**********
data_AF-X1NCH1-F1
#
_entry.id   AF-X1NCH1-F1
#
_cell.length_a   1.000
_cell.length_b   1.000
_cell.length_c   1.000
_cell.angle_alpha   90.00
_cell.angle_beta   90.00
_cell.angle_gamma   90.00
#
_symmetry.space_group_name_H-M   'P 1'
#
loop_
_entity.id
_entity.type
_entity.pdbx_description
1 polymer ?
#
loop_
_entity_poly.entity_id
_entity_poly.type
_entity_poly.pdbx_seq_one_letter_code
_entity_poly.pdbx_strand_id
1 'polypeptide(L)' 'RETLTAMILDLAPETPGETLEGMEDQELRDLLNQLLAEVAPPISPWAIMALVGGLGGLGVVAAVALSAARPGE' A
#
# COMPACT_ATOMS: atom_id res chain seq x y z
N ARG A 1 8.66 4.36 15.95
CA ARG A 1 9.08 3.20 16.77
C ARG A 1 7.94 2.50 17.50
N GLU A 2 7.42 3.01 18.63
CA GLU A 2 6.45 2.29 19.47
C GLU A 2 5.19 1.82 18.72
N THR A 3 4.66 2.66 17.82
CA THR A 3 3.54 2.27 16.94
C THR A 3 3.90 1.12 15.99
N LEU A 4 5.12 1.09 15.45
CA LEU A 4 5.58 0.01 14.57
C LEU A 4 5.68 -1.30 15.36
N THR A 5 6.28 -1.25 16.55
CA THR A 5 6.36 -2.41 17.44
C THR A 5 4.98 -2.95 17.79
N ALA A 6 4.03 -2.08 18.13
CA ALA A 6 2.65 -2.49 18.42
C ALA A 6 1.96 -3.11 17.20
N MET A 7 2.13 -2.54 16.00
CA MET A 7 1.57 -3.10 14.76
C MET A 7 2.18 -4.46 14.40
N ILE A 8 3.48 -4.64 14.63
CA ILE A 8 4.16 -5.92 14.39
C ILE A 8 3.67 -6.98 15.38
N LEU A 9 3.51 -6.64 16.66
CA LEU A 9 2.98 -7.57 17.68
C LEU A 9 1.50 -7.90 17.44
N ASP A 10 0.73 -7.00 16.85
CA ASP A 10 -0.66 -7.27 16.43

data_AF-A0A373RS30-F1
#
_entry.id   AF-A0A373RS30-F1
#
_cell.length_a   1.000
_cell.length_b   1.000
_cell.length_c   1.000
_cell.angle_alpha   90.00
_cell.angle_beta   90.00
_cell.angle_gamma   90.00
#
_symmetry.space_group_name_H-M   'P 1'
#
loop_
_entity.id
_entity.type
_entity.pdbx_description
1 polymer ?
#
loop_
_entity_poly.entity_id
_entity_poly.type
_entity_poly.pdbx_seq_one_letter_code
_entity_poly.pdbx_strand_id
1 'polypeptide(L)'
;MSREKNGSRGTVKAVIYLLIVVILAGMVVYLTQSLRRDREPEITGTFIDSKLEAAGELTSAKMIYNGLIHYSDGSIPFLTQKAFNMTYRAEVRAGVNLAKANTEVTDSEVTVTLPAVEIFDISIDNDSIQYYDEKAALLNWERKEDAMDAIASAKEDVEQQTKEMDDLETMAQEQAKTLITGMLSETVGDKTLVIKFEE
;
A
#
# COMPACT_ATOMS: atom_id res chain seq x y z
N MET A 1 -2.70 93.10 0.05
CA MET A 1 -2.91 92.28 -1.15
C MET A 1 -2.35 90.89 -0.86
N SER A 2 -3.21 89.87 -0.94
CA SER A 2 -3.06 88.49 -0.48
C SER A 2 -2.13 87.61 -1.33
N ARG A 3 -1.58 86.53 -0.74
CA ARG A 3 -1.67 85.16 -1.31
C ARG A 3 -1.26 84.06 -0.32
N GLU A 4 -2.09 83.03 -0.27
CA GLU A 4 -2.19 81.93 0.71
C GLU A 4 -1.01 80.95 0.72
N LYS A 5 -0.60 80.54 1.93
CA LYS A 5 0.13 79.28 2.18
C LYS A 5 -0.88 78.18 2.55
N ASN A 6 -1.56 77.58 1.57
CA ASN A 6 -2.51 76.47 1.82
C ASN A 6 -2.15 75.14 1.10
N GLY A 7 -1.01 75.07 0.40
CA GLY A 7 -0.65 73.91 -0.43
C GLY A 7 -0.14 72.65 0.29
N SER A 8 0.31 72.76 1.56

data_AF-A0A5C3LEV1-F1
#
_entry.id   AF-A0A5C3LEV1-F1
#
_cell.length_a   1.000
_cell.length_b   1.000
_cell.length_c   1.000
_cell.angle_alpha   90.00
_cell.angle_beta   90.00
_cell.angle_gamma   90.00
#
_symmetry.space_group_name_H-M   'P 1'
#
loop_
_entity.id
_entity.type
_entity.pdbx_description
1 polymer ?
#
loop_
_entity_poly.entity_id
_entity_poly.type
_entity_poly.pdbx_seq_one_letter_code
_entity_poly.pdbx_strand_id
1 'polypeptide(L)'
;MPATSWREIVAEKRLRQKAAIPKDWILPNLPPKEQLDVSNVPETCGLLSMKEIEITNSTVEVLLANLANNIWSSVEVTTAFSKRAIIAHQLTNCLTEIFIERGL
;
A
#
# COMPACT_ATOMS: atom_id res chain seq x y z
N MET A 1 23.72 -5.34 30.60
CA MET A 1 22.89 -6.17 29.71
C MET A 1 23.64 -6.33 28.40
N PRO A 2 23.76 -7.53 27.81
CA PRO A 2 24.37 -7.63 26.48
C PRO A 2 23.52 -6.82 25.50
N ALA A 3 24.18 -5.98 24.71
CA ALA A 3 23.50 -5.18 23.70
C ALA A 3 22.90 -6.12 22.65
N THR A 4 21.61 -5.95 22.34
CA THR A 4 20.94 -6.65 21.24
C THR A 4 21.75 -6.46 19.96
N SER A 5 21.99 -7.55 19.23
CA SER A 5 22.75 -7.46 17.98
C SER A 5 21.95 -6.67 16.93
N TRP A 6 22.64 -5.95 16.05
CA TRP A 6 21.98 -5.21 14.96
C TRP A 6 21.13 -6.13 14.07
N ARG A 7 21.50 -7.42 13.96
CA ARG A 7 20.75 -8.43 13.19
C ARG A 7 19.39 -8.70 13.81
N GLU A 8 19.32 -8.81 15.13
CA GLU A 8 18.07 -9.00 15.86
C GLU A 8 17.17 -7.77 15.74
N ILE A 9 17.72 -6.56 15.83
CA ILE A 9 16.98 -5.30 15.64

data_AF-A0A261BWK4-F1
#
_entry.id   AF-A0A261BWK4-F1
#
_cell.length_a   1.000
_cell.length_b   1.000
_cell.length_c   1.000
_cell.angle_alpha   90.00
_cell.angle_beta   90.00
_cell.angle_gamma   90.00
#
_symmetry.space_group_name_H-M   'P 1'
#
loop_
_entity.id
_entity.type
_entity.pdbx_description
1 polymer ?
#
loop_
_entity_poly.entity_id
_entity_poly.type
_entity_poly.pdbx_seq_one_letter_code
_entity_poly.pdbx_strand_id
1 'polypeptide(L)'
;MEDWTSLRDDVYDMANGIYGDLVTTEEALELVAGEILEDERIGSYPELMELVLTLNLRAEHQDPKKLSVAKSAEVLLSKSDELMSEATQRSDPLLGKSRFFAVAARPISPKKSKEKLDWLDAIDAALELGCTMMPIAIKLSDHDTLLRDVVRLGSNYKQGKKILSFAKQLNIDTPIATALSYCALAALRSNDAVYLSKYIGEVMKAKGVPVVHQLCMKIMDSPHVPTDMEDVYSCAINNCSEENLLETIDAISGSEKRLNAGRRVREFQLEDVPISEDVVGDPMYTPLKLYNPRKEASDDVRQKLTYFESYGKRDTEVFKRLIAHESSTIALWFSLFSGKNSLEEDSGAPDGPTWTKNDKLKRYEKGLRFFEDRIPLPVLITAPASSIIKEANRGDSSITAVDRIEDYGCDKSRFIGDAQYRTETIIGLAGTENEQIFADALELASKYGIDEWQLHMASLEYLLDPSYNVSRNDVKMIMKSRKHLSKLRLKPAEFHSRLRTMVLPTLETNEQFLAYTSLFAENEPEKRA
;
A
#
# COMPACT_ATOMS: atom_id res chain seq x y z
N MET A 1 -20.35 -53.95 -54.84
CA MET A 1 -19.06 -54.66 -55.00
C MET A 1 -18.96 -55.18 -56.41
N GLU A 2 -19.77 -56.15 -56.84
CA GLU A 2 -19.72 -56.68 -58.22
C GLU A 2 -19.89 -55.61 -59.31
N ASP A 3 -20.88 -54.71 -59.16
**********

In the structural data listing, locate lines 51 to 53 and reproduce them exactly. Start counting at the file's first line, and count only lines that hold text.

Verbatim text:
C ILE A 8 3.67 -6.98 15.38
N LEU A 9 3.51 -6.64 16.66
CA LEU A 9 2.98 -7.57 17.68